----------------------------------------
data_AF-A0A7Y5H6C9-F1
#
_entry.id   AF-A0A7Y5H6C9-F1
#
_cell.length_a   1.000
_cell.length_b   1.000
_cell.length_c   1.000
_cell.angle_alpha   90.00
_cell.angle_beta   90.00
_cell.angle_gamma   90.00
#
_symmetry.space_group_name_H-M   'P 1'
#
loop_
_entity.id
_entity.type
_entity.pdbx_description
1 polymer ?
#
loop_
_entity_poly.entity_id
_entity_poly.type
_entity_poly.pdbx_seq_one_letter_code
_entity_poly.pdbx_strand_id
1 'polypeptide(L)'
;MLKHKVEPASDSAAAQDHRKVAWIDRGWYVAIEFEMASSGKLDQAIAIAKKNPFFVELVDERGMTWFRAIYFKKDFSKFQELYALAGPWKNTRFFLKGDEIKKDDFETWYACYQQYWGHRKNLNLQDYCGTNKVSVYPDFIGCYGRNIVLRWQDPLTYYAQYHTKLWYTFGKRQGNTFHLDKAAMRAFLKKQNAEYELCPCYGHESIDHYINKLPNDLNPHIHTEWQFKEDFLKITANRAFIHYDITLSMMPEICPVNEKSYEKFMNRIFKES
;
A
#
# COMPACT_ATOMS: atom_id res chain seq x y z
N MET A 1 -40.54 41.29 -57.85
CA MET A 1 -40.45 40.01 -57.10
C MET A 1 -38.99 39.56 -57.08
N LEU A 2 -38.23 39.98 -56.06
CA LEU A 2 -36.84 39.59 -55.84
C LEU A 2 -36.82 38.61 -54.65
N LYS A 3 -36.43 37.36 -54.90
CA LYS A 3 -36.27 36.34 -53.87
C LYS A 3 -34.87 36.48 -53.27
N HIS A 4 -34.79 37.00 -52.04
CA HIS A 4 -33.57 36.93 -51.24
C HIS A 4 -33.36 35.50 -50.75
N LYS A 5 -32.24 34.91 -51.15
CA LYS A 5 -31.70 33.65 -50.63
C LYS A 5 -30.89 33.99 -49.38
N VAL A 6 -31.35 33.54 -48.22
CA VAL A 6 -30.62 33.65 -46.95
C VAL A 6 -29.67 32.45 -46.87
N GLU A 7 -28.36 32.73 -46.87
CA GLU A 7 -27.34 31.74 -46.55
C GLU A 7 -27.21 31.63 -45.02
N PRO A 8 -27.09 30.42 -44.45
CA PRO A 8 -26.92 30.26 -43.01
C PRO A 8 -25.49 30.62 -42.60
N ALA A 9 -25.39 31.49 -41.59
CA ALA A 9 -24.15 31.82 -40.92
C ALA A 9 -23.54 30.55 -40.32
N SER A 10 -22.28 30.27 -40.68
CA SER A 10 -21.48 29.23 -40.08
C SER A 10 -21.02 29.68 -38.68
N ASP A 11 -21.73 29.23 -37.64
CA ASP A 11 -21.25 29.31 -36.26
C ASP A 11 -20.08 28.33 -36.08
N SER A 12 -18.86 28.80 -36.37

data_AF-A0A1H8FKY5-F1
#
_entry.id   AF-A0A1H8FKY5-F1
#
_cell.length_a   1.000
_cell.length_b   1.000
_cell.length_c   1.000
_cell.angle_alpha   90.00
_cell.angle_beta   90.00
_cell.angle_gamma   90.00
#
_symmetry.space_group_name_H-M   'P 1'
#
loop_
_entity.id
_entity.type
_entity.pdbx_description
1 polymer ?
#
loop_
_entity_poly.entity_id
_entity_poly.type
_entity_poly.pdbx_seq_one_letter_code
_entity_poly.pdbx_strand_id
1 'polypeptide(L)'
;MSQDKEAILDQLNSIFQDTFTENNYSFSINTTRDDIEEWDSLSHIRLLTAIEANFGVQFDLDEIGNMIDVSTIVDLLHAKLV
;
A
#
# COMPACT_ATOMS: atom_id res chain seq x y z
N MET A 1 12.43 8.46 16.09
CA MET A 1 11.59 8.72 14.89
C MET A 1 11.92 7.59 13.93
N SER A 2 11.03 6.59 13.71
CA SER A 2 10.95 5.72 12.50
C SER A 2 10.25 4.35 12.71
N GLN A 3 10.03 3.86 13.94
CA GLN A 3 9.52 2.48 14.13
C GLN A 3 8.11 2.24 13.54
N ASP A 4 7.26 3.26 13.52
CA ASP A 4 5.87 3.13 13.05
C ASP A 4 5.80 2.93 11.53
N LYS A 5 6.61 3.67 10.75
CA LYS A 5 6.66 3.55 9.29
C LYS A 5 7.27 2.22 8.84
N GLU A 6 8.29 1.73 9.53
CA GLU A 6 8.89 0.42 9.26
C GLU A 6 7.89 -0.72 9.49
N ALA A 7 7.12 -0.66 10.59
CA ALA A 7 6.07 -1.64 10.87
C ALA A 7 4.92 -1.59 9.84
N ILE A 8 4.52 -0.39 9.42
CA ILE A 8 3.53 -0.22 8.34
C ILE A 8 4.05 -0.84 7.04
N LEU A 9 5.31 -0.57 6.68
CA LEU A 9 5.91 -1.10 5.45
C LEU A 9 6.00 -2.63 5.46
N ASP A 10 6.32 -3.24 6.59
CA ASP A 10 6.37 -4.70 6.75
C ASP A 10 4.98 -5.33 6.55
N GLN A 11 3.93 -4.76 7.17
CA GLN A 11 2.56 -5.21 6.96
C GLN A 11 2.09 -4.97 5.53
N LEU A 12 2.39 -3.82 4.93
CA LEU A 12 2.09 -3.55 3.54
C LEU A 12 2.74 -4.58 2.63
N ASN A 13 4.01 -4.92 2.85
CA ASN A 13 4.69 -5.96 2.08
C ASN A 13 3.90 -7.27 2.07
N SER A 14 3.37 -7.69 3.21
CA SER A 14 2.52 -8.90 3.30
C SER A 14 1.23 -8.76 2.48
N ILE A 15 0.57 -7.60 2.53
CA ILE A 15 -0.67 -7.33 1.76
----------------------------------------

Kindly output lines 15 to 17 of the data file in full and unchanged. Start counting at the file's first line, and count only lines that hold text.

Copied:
_entity.id
_entity.type
_entity.pdbx_description